By Ken Pendleton - EUGENE, OR (Oct. 13, 2005) USSoccerPlayers – In 1994, the European Cup morphed in to the Champions League. Financial stability was part of the goal, but the end game was to make this the most prestigious and popular competition in the world, ahead of even the World Cup. Even though this reinvention has been a rousing success, in terms of both international stature and gross revenues generated, it does not seem any closer to supplanting the World Cup. The reason why this has failed to materialize is worth exploring, because it says a great deal about globalization and the importance of ritual in sports.
The format of the European Cup had not changed much since its inception in 1955. In order to qualify, you had to be the champion of your domestic league or have won the previous European Cup competition.
There were a few minor changes. Up until 1969, there would be a third match at a neutral venue if the aggregate scores were level after two legs and a coin toss would be used if the teams drew that match. In 1971, penalty shootouts replaced coin flips and by 1984 this method, rather than a replay, was even used to settle the final.
I use the term “minor changes” because none of these alterations had a substantial impact on the financial structure of the competition, but it is important to note that eliminating the third matches and final replays often killed off matches because underdogs would often play for penalties. Thus, Steaua Bucharest in 86, Benfica in 88, and, most infamously, Red Star Belgrade in 91 didn’t even pretend that they were trying to score in the final.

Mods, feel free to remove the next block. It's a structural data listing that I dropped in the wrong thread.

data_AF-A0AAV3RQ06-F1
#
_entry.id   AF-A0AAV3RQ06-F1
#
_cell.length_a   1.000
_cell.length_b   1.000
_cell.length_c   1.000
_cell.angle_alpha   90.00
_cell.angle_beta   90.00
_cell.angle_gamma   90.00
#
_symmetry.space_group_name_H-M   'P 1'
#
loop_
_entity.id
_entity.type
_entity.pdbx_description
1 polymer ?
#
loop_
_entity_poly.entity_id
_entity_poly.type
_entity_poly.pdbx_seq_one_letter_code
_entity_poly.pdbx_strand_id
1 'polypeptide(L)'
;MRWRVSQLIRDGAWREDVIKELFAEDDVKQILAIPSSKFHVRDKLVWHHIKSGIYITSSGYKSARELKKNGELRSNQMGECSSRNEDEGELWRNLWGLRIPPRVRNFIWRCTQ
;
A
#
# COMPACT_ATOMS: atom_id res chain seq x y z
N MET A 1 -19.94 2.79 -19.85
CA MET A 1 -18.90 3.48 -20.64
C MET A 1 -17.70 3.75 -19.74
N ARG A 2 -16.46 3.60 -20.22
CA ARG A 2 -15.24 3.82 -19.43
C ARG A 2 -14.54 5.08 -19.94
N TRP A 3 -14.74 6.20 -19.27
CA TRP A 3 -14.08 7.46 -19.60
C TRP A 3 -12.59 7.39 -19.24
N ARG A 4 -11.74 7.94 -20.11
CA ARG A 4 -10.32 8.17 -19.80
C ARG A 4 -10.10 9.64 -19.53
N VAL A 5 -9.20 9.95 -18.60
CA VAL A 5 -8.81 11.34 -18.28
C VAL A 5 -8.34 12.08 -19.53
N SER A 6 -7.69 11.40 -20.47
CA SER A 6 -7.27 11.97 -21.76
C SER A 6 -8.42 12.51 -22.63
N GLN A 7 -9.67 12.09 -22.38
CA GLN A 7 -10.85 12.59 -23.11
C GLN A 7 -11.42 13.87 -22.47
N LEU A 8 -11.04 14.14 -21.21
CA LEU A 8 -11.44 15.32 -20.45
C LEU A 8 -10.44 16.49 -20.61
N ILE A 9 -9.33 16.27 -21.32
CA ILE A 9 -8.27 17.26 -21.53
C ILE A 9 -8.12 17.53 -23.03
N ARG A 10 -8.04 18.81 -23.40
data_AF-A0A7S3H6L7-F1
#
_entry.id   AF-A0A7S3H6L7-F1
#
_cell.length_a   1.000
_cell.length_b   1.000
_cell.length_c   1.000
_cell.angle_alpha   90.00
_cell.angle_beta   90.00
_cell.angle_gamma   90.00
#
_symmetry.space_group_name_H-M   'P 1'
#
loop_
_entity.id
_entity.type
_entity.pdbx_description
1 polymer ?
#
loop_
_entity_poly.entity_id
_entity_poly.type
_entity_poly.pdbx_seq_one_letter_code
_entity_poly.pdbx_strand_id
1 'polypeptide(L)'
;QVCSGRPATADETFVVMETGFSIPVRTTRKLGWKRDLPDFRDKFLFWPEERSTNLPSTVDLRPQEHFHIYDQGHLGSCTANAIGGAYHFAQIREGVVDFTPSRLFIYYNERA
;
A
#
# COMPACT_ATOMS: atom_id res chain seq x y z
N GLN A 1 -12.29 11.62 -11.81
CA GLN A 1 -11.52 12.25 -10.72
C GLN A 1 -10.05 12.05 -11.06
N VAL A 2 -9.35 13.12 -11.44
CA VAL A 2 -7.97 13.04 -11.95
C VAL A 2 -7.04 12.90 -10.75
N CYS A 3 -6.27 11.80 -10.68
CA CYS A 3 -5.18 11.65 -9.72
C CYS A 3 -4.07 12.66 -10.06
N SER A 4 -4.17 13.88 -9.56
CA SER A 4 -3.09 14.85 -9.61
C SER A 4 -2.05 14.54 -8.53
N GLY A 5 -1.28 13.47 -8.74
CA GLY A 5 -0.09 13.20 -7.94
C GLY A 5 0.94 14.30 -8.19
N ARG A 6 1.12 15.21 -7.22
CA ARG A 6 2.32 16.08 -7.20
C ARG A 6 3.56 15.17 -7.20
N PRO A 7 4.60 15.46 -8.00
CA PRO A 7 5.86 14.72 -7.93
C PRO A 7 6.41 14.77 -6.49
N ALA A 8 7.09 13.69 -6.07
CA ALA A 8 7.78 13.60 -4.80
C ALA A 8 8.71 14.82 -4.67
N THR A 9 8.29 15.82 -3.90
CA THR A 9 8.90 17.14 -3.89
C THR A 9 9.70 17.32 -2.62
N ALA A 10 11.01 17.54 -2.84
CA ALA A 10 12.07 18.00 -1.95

Throughout this period, the draw was completely random and this is what set major changes in motion. In 1987, the bad luck of the 1st round draw served up a tie between Real Madrid and Napoli. Real won 3-1 on aggregate, but the important point, for the European soccer powers that be, was that Napoli were faced with a huge budgetary shortfall. How could a club be expected to plan their finances, especially when salaries were escalating dramatically, when their revenue stream could vary by tens of millions of dollars.
This is why we now have a first round group format. The big clubs wanted a guarantee that they would have at least six matches to generate revenue and the round-robin format, in which four teams play each other home and away, minimizes the possibility that the little clubs will advance. This is no doubt good for financial stability of the big clubs, and it may even be good for the small club’s accounts, but it has come at the expense of the romance of the competition.
The final important structural change began when the so-called “Champions” League began admitting runners-up and eventually third and fourth place teams from domestic league. This greatly benefited the big clubs, many of whom could now be more or less assured of regular appearances, but it entailed the absurd possibility that a team like Bayer Leverkusen, who have never won the Bundesliga, could nonetheless be crowned champions of Europe.
As Silvio Berlusconi – the owner of Milan, the Italian Prime Minister and owner of the biggest media empire in Italy – explained in 1992, the real goal, however, was to make the Champions League itself the most prestigious and popular competition in the world. “The concept of the national team will, gradually, become less and less important. It is the clubs with which the fans associate. A European Championship for clubs is inevitable.”